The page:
“I had never seen a combination of science and art in a communal space that was done in a really thought-provoking way before,” Lane explains.

During her final year at SAIC, she began working at Blackbird making pastries. She says her art education and work as a chef became parallel practices. At school, she was making sculptures out of dough and casting them in bronze. Simultaneously at Blackbird, under the direction of Executive Chef Paul Kahan, she was learning about local sourcing and visiting the farms that supplied the restaurant.

After graduating, Lane returned to SAIC as an instructor. She helped teach Contemporary Practices classes, showing students how food can be a medium for creating art and teaching them where to obtain inexpensive, fresh ingredients downtown and how to cook their own food. The goal was to create a holistic view of how to be an artist, a label that she doesn’t exactly apply to herself, yet.

“I don’t think I identify with ‘chef’ either, and I did for a long time because it was easier to understand. I think wearing a multitude of different hats has made all of my disciplines stronger,” says Lane.

Of her current Food Preservationist title, she says it was initially a play on the role of a museum in preserving objects. But then she literally became the person in charge of making preserves from the heirloom farm. Her role then morphed into researching the food eaten at Hull-House in the late 1800s and early 1900s and how the World’s Fair began changing food in Chicago. These contributions will be featured in the upcoming exhibition Radical Home Economics that opens in January. 

As Lane’s role at Hull House continues to evolve, the space and the history Resident’s Dining Hall continues to inspire her work.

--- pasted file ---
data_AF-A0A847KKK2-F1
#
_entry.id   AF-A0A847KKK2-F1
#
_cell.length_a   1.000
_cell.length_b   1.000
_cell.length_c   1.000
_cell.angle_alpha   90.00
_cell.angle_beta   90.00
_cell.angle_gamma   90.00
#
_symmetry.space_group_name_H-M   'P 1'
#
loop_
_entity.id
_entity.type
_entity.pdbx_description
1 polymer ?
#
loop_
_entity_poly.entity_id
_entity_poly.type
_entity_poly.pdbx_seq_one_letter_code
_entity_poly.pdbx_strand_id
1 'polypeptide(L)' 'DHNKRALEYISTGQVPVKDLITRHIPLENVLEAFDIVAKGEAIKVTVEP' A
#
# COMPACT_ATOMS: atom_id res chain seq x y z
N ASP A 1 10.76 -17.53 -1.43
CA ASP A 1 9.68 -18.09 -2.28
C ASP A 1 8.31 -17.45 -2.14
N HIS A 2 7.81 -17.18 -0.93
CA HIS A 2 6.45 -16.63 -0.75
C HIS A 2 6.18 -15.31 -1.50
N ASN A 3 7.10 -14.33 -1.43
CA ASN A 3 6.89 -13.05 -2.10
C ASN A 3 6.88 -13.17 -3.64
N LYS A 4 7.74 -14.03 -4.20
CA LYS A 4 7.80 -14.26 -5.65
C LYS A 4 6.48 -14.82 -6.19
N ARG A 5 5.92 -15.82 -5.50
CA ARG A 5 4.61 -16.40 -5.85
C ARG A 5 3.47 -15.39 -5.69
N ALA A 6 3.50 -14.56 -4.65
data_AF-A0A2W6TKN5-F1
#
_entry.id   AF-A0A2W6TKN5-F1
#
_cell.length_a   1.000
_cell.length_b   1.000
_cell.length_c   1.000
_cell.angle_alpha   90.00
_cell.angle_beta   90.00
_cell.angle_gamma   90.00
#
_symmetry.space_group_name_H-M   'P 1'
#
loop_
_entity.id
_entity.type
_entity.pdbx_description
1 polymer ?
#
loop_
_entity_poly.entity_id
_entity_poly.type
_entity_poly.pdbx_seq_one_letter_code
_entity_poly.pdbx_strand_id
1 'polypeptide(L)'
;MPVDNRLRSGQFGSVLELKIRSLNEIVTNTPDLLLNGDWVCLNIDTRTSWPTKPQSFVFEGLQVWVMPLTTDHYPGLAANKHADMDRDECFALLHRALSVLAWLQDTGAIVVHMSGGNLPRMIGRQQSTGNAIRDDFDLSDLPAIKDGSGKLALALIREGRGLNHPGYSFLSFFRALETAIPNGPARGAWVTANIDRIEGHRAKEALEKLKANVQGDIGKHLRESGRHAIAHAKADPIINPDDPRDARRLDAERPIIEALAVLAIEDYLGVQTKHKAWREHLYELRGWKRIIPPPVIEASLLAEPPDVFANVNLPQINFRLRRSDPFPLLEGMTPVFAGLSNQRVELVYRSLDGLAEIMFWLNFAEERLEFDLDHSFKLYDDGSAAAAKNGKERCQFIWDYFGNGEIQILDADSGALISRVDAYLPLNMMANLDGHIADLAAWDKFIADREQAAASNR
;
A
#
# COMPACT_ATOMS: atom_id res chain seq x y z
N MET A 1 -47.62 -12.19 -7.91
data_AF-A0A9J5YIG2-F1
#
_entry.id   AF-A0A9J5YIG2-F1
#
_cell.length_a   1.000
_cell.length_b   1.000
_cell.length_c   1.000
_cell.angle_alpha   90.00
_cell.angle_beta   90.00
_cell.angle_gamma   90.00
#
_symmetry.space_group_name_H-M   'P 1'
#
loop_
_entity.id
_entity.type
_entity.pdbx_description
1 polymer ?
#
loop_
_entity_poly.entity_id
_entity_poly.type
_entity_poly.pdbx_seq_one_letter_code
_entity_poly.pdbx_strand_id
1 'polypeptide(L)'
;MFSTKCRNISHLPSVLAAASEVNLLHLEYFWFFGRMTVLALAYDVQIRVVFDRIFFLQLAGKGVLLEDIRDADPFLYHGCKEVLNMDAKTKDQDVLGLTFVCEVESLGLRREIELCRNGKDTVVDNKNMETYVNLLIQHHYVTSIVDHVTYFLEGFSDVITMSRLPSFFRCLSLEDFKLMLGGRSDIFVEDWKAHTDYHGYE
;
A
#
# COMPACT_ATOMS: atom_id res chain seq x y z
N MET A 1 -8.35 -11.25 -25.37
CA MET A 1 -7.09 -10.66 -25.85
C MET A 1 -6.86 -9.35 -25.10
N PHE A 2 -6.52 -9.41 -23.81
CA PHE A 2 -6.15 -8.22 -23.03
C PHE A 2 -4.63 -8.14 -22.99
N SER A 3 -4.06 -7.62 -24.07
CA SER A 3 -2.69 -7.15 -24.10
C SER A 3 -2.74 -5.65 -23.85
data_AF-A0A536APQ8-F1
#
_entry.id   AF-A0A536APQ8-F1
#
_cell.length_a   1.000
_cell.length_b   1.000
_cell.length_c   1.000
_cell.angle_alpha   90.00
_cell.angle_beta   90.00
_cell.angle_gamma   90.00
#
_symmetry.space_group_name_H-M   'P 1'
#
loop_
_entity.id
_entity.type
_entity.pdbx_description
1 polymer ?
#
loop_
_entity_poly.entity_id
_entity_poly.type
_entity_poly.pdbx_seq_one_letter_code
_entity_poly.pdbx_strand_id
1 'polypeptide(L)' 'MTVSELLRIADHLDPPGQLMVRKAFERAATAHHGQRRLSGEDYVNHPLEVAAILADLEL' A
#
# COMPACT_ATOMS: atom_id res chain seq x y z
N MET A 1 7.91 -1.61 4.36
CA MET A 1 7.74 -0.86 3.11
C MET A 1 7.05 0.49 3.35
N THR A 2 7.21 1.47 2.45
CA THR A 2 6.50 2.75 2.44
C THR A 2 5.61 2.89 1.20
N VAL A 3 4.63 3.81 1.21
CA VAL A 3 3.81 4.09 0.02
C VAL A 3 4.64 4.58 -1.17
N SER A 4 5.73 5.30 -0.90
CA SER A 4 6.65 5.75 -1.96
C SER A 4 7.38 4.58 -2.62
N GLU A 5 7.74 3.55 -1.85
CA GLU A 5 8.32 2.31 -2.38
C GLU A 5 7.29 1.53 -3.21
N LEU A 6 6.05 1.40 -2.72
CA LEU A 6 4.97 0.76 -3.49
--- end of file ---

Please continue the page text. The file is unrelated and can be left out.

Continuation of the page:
“In that dining hall Upton Sinclair wrote The Jungle. Gertrude Stein, Ida B. Wells, and W.E.B. Du Bois, and Jane Addams ate dinner every night,” says Lane. “I think about how much work it was, and how many years they worked on so many issues. And I think about all the pleasurable meals that sustained that work.” 

Tara Lane’s Lentil Soup with Baby Collard Greens and Spring Scallions

Baby collards from Green Acres Farm in Indiana
Scallions from Nichols Farm in Illinois

2 c. chopped onions
¼ c. garlic
1 c. carrots
3 c. green lentils
8 c. water
1 c. white wine
½ c. sherry

Sachet of:
1 Tbsp. toasted fennel
1 Bay leaf
1 sprig thyme
Chili flakes
To taste:
Salt and 3 Tbsp. Sherry Vinegar

1 c. spring scallions
1 c. baby collard greens
(You can add more if you want a heartier soup)

1. Sweat out onions, garlic for 5 minutes on medium heat.
2. Add carrots, white wine, and sherry. Then reduce by half.
3. Add lentils and sachet. Stir and add water.
4. Keep on medium high heat and stir often so lentils don’t stick to bottom of pan.
5. Slice greens, scallions, and collards and add 10 minutes before serving.
6. Serve and Enjoy!